Mar Vista Animal Medical Center

3850 Grand View Blvd.
Los Angeles, CA 90066



(for veterinary information only)




7.5 & 15 mg TABLETS



Metacam is a member of the class of drugs known as NSAIDs (non-steroidal anti-inflammatory drugs), the same class as such common over-the-counter remedies as Advil (Ibuprofen), Aleve (Naproxen), and aspirin.  This class of drug is used for pain relief successfully in humans but the development of safe NSAIDs for pets has only been achieved relatively recently.

  • Stomach ulceration - even perforation and rupture of the stomach can occur. This is not only painful but life-threatening.
  • Platelet deactivation - platelets are the cells controlling the ability to clot blood and, as a general rule, it is preferable not to promote bleeding. We would prefer platelets to remain active and able to function should we need them.
  • Decreased blood supply to the kidney - this could tip a borderline patient in to kidney failure.

The veterinary profession had been in need of an NSAID that could effectively relieve pain without the above risks. In 1997, Pfizer Animal Health released the first NSAID for dogs in the U.S. as the answer to this need. This product was carprofen which had been available in the U.K. since 1994 and has earned a reputation for effectiveness and safety. Meloxicam has only been approved in the U.S. for canine use since 2003 but has been available in Canada and Europe for years before. (Meloxicam has been available in the U.S. for human use for many years but not in a format that lends itself to safe pet use -see the Concerns and Cautions section below regarding pet use of the human formula.)

This new plane of safety for pets was made possible by new biochemical knowledge. Inflammatory biochemicals responsible for the pain and inflammation we want to allieviate are produced by an enzyme called “cyclo-oxygenase 2” or  simply "COX-2." The goal is to inhibit this enzyme without inhibiting its counterpart “cyclo-oxygenase 1.” Cyclo-oxygenase 1, abbreviated COX-1, is what is called a “constituitive” enzyme. This means it is involved in producing regulatory biochemicals (called “prostaglandins”) which are important in maintaining the normal health and function of our bodies. We want to leave this enzyme alone. Cyclo-oxygenase 2, abbreviated COX-2, produces inflammation but also is important in regulating kidney blood flow and in some reproductive and central nervous system function. We want to inhibit COX-2 in such a way that we do not disrupt its healthful functions.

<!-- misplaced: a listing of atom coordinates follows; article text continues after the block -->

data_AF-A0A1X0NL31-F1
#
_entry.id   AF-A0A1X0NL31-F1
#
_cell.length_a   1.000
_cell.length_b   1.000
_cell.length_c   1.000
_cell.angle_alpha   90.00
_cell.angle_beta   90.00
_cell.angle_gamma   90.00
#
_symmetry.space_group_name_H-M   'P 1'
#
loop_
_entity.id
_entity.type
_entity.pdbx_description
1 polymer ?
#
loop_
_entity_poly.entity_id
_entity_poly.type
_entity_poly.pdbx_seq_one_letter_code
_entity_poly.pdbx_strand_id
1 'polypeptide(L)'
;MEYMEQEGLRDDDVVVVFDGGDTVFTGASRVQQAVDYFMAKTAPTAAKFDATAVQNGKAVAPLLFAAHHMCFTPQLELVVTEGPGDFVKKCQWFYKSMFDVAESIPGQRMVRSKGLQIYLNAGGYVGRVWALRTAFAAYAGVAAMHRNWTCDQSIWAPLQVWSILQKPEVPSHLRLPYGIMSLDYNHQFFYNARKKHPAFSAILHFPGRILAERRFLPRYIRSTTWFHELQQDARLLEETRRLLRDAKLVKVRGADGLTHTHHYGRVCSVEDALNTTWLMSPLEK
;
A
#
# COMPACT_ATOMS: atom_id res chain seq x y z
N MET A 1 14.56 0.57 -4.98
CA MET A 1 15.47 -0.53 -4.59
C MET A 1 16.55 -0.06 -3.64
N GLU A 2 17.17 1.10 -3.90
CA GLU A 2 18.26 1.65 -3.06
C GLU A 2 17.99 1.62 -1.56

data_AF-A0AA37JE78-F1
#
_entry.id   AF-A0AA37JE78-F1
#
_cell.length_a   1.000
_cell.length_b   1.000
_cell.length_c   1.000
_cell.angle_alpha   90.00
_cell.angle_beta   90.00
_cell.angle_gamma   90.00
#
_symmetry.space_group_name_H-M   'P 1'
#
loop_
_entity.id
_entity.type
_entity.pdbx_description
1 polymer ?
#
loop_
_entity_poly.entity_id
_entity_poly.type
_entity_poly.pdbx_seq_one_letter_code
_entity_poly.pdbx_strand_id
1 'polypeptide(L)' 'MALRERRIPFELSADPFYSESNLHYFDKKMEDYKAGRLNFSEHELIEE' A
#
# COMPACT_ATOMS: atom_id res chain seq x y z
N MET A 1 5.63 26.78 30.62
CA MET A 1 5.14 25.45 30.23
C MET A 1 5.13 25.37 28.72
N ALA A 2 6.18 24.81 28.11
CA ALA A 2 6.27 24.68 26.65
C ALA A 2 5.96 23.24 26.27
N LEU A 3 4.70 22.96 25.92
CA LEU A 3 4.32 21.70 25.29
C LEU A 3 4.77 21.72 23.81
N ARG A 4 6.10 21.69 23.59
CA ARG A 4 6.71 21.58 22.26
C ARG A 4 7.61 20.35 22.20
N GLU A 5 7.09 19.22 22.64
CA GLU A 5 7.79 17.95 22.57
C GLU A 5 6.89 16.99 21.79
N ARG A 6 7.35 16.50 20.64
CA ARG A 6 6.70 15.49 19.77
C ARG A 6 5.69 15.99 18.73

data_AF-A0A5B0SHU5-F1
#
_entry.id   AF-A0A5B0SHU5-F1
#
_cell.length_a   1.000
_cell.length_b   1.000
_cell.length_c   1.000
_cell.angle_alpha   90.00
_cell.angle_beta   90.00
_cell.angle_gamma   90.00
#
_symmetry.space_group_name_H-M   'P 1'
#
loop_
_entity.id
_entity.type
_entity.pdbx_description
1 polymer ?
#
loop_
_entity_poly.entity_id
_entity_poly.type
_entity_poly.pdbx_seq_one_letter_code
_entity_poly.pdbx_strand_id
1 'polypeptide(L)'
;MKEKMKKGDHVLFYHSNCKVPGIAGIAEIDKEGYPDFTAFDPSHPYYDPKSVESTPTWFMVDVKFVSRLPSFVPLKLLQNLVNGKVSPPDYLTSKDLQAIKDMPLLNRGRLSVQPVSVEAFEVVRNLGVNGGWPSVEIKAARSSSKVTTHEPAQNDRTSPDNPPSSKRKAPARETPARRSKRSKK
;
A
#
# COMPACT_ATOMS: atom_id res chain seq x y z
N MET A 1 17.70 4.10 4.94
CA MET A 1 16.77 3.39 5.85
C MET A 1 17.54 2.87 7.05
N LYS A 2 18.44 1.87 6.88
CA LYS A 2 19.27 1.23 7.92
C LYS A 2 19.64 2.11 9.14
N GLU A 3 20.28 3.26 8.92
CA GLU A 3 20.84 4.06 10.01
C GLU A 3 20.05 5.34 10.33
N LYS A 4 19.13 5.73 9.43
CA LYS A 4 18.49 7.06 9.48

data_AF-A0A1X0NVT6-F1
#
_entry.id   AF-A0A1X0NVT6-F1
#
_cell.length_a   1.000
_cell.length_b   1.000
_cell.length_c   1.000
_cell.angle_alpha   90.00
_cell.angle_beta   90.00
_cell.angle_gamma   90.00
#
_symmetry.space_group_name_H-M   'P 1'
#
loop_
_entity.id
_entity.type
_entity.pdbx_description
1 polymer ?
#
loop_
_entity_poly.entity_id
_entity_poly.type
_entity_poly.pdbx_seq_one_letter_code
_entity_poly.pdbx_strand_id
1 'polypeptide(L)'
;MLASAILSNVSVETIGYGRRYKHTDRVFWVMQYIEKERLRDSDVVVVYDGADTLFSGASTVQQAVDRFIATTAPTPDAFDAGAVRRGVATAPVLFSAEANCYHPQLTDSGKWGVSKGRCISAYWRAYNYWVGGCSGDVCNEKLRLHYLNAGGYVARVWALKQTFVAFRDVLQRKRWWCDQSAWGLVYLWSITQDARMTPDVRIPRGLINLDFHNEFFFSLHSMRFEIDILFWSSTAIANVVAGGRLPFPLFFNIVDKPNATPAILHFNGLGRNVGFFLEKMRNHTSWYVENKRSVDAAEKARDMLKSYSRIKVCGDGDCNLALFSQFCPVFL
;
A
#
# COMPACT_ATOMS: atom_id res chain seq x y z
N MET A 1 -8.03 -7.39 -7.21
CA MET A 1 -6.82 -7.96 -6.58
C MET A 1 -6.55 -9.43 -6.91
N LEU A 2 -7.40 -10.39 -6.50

In the past, NSAIDs could not distinguish the COX enzymes and inhibited them both. With the development of “COX preferential” and “COX selective” NSAIDs, we can inhibit COX-2 and leave COX-1 alone. The introduction of COX-2 preferential NSAIDs has reduced stomach and intestinal side effects by 50% in humans and has made FDA approval of certain NSAIDs possible for pets.



Meloxicam is generally given to control arthritis pain in dogs though can be given for many other painful conditions such as injuries, cancer, surgery, dental infections, and more. In dogs, it is typically given as a once a day as a pleasantly flavored liquid. The veterinary approved product comes with a special dosing syringe marked to show how much to give for the pet's weight (rather than in milliliters as most syringes are marked).

Feline use of meloxicam is of some controversy. In Europe, Canada, Australia and New Zealand, long term use of the 0.5 mg/ml meloxicam formula in cats is registered, approved, and heavily marketed; however, this formula is not legally approved for cats in the United States. Further, the manufacturer has specifically discouraged feline use of meloxicam beyond its approved use in the U.S. (one dose for post surgical pain relief). This paradox of marketing the product one way for most of the world and another way in the U.S. has been frustrating as there are substantially fewer oral pain relief options for cats available compared to what is available for dogs. Meloxicam is still used by many veterinarians for cats but the advent of robenacoxib for cats has provided a less controversial feline NSAID.